For Added Aquatic Security

According to the Centers for Disease Control and Prevention, nine people on average drown each day in the United States; additionally, 19 percent of children who drown in public pools do so with certified lifeguards on duty.

Lifejackets can make non-swimmers virtually drown-proof.

For the past quarter-century, the most repeated water-safety mantra has been “constant, vigilant supervision.”

However this is a contradiction, for, simply stated, human beings cannot remain vigilant for more than a very brief time. Ultimately, it’s not the lack of supervision that contributes to drowning, but rather naturally occurring lapses in supervision.

While many other endeavors use technology to supplement attention and concentration, water safety primarily relies upon human senses.

But water-safety personnel do have a simple, practical and affordable technology available to them that has gone underutilized for many years. The lifejacket–primarily reserved for use on boats and other small craft–needs to be utilized universally by non-swimmers in swimming pools and water parks.

An appropriately fitting lifejacket can probably “drown proof” every person who wears one. But there needs to be a significant change in the water-safety culture to extend and normalize the use of lifejackets from boats to swimming activities at pools and beaches.

In the summer of 2008, the National Note and Float program was piloted at the outdoor swimming pool at Penn State University with great success. Since then, many aquatic facilities and organizations, such as Winston-Salem, N.C., Upper St. Clair, Penn., and Tucson, Ariz., have adopted the program with positive results.

How Does The Program Work?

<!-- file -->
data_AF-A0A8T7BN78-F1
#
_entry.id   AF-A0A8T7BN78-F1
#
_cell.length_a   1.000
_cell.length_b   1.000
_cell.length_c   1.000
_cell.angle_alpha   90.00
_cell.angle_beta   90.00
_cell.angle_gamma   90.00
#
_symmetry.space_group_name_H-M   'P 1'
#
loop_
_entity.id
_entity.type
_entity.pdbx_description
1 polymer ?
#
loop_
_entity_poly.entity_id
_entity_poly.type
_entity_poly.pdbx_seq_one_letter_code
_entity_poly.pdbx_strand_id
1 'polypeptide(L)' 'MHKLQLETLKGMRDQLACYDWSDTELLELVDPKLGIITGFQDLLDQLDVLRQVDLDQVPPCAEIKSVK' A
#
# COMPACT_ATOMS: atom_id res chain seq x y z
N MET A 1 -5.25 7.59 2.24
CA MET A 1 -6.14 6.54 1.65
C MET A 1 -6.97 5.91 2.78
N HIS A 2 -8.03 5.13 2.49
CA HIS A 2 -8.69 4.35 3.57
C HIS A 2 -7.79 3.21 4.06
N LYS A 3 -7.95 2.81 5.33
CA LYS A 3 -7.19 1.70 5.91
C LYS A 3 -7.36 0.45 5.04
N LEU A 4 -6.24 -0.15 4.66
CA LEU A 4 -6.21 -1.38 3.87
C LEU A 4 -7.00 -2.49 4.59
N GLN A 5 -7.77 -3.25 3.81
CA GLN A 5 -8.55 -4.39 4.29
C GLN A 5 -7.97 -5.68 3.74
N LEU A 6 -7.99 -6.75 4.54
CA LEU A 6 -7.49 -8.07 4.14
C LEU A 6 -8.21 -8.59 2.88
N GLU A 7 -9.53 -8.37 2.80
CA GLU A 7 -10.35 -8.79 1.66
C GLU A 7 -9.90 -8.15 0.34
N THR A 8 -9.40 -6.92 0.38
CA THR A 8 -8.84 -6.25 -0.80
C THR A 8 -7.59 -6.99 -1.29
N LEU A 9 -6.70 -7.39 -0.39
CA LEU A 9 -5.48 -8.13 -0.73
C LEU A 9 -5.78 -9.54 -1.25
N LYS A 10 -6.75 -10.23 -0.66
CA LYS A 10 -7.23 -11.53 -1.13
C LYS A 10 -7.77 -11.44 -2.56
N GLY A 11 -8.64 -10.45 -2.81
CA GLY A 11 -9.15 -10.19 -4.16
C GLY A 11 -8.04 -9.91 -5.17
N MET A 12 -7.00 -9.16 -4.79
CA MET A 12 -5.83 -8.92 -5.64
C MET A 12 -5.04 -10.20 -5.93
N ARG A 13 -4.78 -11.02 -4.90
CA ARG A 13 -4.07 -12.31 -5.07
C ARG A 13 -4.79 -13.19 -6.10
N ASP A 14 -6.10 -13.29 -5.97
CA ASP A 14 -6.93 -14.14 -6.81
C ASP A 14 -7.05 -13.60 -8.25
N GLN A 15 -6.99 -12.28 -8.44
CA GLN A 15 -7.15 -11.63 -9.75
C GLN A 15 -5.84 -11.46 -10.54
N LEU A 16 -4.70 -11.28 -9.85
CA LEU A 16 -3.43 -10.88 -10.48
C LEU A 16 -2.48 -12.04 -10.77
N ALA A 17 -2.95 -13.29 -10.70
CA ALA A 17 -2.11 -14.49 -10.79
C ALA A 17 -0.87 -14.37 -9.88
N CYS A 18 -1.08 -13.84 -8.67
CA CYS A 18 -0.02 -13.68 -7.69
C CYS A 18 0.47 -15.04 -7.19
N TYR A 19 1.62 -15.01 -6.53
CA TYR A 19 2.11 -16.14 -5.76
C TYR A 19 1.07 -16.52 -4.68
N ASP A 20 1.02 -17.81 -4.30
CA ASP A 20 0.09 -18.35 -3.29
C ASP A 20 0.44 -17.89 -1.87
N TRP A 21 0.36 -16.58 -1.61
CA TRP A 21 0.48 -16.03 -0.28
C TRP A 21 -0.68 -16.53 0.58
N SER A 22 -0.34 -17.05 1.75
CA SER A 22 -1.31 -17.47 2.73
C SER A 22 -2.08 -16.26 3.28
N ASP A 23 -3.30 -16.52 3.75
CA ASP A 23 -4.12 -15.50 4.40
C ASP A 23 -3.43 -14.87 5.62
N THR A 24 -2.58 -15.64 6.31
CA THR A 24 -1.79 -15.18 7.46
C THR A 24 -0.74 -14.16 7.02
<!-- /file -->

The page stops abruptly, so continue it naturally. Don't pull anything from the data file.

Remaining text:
First, it is important to understand there are no fees associated with the Note and Float program–it’s totally free. However, wristbands and lifejackets must be either obtained through sponsors or purchased.

While some individuals and aquatic facilities may worry about the cost, it should be emphasized that many organizations and companies are happy to donate lifejackets in return for their logo or advertisement on the back of the equipment.

There is much flexibility in allowing aquatic facilities to custom-fit the program to their specific needs. For instance, if the program cannot be applied to every non-swimmer at a pool, beach or water park, swimmer groups (birthday parties, school groups, church groups, etc.) should be targeted first, due to the fact that more than 50 percent of all drownings at guarded aquatic facilities occur during group functions.

The second priority group is children under age 7 because they are the highest risk in terms of age group, and they are unable to protect themselves.

Here are six simple steps to initiate the program at your facility:

1. Test all swimmers in shallow water before allowing them to use the facilities. Register all non-swimmers, and give each person wristbands and properly fitting lifejackets.

Lifejackets are a simple, effective way to protect kids in the pool.

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